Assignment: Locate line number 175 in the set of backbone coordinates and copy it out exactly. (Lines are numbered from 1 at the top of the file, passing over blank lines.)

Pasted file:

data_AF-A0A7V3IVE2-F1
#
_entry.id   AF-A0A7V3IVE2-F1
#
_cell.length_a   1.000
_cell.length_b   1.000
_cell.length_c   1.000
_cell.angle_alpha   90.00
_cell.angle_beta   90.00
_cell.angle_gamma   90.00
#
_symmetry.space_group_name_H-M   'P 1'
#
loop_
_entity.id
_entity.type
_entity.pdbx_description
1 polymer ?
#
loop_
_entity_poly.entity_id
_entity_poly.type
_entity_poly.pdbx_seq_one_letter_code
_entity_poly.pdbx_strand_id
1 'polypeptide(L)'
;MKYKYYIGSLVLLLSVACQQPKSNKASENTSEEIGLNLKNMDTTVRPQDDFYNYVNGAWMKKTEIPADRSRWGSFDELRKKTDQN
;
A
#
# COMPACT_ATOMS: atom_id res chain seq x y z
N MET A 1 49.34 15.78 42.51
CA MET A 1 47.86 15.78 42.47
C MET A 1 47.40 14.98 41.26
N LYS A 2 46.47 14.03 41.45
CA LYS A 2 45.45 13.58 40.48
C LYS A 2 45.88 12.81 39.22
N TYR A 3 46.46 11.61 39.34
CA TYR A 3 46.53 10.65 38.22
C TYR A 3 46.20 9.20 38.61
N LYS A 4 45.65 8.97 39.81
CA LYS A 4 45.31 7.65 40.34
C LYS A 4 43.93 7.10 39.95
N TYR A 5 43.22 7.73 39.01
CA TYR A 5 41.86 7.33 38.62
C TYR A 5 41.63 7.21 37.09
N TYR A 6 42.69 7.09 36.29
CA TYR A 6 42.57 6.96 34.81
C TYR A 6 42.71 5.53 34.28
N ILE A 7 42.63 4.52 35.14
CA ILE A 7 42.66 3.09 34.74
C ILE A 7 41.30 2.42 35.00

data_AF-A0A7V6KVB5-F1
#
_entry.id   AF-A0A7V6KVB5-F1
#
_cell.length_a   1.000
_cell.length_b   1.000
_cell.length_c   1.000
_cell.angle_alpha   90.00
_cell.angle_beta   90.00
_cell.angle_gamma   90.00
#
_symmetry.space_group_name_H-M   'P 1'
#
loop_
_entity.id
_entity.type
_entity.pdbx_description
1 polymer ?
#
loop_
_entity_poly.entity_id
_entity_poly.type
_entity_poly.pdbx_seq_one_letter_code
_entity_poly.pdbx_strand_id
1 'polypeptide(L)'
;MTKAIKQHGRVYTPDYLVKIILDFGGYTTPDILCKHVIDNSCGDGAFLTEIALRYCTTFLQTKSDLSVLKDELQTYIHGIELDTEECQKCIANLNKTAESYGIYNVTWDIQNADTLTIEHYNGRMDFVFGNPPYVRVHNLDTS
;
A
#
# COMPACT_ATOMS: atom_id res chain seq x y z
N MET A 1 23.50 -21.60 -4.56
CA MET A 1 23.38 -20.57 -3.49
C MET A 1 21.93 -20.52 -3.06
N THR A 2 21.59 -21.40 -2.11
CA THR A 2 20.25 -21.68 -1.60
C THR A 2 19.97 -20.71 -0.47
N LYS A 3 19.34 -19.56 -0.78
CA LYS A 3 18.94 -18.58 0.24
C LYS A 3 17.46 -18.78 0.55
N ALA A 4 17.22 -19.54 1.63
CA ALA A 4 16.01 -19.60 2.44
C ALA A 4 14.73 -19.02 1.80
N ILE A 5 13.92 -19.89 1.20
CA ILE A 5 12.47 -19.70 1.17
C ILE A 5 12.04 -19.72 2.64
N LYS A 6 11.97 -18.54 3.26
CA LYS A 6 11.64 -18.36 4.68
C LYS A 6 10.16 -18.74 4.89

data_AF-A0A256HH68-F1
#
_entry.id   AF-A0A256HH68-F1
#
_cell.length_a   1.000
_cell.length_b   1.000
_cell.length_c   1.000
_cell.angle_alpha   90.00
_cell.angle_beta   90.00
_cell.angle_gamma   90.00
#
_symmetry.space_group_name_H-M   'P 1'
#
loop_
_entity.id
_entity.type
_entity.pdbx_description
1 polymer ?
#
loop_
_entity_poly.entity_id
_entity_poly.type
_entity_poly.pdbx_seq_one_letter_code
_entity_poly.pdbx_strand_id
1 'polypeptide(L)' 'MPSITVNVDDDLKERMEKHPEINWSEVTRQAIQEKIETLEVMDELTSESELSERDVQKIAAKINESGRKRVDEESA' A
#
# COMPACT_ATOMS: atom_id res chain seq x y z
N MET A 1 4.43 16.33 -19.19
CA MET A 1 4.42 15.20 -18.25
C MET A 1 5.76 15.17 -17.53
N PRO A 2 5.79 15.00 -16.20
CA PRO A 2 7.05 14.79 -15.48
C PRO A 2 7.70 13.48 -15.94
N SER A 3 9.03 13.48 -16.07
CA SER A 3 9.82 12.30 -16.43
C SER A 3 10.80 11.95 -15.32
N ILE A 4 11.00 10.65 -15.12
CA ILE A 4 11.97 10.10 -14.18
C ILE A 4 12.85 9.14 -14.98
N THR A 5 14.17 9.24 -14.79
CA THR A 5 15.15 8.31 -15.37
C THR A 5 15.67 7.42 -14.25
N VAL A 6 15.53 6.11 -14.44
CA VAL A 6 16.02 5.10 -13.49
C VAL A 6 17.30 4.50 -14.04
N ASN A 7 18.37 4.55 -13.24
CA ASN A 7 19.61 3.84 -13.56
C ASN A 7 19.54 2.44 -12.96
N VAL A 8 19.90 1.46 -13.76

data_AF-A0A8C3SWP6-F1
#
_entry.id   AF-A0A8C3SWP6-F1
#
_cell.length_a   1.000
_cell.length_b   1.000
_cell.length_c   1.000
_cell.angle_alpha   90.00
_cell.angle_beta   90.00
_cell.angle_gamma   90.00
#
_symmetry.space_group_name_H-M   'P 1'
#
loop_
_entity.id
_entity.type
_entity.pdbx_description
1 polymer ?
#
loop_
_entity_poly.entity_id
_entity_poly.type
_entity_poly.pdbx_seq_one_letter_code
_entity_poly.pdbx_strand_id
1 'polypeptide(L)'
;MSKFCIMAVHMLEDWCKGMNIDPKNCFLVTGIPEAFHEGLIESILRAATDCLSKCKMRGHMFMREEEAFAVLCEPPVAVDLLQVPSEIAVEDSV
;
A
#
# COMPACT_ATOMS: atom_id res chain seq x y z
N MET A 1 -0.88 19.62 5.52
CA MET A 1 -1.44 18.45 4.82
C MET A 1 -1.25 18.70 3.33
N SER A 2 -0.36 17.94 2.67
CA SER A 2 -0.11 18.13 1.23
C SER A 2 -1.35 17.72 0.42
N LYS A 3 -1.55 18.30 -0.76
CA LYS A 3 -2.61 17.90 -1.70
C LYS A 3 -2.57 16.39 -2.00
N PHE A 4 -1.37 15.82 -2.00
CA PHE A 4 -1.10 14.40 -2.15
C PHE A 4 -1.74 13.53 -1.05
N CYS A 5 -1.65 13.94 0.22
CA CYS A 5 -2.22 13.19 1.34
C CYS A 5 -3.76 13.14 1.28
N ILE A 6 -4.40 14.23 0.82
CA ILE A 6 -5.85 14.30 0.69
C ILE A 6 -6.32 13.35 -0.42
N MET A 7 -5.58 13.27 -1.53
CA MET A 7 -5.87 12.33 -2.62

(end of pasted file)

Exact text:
;